- Some animals may have many types of allergies
- There may be a seasonal influence on your pet’s allergy – parasites/plants. If year round – food/atopy
- Bacterial and fungal skin and ear infections can develop secondarily to underlying allergies and can increase the level of itching and self trauma.
Treatment & Management
It is ESSENTIAL that you are using good flea prevention for your pet. Oral prevention is best for those that swim and prevention is to be given strictly e.g. once a month for Comfortis
Shampoos & Conditioners:
There are a range of medicated shampoos and conditioners available for use on areas of redness, scabs/rashes, odorous skin. They are useful for ongoing management and mild skin irritations.
Pet Designed Insect Repellents:
For biting flies, mosquitoes and sand-flies. Repellents should be applied morning and night.
Avoidance or removal if possible of those common allergens e.g. common allergy plants, long grasses, dusty areas – vacuum regularly. Keep pets inside during times of the day when insects are most abundant (morning and night).
There are skin support diets available with fatty acid supplements to improve the skin barrier. As well as hypoallergenic diets used for food trials to determine Food Allergy. If Food Allergy is determined your pet is to be continued on the hypoallergenic food for prevention of allergic reactions.
May be useful as part of a treatment plan.
An anti inflammatory that is commonly prescribed by Veterinarians for the rapid relief of redness and itching. Suitable for short term management, but not ideal for long term use due to the drug’s side effects.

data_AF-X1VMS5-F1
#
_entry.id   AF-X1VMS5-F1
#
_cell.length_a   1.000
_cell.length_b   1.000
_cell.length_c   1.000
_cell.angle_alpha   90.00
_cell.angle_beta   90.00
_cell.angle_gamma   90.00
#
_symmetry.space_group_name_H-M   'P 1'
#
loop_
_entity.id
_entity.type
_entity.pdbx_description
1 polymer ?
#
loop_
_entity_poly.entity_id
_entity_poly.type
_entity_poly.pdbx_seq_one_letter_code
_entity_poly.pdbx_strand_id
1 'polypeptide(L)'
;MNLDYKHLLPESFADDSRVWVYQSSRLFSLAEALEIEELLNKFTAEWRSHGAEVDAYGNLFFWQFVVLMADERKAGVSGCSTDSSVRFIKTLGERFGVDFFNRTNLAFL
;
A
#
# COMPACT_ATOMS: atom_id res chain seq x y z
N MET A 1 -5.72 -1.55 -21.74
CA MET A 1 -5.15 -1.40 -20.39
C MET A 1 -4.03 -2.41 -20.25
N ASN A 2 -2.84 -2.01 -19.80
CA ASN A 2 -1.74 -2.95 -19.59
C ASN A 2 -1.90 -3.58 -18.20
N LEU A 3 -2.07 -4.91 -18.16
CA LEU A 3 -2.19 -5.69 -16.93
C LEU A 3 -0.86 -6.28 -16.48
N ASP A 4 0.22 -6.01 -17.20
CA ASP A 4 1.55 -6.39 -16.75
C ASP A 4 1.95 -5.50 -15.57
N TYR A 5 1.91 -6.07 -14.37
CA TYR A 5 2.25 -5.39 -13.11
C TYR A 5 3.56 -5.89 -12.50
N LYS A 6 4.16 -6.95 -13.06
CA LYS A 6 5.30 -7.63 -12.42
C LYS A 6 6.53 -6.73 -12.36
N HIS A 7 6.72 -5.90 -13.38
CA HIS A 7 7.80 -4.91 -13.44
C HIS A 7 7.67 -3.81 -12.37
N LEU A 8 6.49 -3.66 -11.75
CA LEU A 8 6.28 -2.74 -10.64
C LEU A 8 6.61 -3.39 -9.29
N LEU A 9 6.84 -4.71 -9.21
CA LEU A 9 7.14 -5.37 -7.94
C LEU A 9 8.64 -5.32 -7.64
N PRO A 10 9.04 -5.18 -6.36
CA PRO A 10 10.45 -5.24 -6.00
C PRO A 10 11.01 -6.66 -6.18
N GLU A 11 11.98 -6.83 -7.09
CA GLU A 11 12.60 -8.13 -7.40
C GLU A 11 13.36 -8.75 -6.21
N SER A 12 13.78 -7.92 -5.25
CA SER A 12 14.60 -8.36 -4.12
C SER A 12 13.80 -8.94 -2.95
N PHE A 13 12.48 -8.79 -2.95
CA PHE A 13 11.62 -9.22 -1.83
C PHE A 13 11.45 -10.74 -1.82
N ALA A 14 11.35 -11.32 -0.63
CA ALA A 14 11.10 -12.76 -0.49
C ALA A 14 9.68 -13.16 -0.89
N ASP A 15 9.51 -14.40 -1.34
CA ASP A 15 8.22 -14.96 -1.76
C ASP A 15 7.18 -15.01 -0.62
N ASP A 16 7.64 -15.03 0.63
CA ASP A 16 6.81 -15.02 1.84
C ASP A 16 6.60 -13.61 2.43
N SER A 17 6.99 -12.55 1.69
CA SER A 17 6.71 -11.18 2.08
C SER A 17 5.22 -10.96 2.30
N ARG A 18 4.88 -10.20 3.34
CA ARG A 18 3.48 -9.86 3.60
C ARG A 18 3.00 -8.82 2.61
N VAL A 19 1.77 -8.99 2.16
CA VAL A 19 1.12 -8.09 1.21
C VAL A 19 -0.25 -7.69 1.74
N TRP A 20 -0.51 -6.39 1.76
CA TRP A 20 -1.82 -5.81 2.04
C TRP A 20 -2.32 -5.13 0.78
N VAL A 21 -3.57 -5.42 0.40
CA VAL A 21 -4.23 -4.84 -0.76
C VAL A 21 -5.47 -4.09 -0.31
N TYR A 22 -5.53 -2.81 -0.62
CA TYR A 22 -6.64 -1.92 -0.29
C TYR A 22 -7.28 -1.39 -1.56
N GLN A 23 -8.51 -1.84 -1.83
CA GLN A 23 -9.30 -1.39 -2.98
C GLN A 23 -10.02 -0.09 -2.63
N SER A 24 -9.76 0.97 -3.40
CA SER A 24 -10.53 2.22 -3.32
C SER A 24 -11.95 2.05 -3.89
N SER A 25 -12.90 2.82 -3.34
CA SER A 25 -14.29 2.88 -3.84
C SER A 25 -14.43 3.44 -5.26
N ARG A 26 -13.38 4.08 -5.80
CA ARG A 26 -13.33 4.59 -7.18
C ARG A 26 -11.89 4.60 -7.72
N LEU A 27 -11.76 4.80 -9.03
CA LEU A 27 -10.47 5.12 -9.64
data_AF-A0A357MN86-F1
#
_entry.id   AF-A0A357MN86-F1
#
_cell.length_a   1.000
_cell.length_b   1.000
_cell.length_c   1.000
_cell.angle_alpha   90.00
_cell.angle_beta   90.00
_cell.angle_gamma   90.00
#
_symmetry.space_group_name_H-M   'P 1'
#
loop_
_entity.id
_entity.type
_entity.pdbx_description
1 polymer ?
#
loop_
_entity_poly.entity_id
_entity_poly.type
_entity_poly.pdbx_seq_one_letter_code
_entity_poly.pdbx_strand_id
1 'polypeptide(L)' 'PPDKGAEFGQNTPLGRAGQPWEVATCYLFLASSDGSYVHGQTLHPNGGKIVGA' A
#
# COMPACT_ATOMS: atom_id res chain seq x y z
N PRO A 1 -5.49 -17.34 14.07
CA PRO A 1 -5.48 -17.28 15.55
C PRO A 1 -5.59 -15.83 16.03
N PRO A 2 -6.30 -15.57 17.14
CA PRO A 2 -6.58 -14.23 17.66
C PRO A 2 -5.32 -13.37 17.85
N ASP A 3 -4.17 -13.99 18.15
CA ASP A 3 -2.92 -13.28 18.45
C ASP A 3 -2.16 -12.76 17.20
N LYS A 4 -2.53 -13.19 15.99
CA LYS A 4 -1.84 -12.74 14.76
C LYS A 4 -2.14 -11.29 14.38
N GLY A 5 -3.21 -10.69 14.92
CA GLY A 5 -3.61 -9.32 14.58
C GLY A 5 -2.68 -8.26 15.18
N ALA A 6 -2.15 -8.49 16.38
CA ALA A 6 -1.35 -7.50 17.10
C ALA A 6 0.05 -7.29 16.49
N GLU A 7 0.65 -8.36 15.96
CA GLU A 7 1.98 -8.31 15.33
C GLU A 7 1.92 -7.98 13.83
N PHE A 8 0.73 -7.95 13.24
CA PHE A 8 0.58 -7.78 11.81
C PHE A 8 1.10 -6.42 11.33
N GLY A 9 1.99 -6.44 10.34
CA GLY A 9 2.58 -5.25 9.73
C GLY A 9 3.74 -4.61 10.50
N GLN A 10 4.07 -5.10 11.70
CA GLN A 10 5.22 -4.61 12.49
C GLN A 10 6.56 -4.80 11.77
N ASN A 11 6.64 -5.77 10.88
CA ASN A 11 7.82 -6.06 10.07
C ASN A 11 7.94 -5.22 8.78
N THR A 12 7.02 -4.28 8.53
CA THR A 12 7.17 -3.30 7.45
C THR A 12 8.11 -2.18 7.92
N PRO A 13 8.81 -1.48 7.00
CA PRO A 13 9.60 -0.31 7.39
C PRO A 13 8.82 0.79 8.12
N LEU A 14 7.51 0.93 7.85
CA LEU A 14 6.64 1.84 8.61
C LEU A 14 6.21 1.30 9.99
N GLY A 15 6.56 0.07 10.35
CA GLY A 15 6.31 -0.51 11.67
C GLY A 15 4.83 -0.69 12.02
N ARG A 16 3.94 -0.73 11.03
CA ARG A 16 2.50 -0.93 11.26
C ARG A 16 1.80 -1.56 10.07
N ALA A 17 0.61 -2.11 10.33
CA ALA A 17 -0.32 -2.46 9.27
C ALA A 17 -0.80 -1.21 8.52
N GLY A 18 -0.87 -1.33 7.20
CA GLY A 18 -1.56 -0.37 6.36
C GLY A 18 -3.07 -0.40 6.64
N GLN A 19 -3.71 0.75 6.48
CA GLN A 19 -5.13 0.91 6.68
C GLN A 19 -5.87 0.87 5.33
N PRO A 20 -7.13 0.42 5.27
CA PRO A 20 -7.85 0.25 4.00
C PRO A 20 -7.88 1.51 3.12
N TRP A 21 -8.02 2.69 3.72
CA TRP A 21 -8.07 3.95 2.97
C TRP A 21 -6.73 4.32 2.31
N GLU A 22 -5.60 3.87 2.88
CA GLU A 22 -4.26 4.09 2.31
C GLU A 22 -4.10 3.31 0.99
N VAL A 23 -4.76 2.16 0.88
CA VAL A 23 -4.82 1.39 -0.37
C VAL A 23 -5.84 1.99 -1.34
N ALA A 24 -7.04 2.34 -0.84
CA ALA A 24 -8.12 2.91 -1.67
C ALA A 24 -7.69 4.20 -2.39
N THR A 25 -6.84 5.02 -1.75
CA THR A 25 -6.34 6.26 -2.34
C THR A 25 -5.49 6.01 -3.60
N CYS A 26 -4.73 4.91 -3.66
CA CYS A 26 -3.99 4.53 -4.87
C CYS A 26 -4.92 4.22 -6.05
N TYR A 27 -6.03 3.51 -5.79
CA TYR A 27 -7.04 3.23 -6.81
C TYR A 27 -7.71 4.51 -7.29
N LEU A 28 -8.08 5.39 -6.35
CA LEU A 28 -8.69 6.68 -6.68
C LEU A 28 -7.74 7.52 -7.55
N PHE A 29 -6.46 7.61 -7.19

Side effects include:
- Increased thirst, hunger, urination.
- Vomiting, diarrhoea, stomach ulceration
Long Term use:
- Diabetes, decreased resistance to infections, increased susceptibility to seizures, drug induced hormone imbalance
For those secondary infections when indicated.
(Atopica) an immunosuppressant medication used specifically in the management of Atopy. Highly effective in the control of clinical signs without the long term side effects of prednisolone.
Dermatologist – Desensitisation Injections:
Working with a skin specialist to perform intradermal skin testing to identify the offending allergen/s. This then enables the development of desensitising injections specifically for your pet.
Apoquel (oclacitinib maleate):
A recent addition to our pharmacy of medications for skin. Very effective in its use again itchiness due to allergies WITHOUT some of the side effects faced when using prednisolone (steroids).
Your Veterinarian will work with you and guide you in determining what is suitable for the management of your pet’s skin condition.
There is no cure for allergies.
We seek to manage and control the allergy and improve your pet’s quality of life.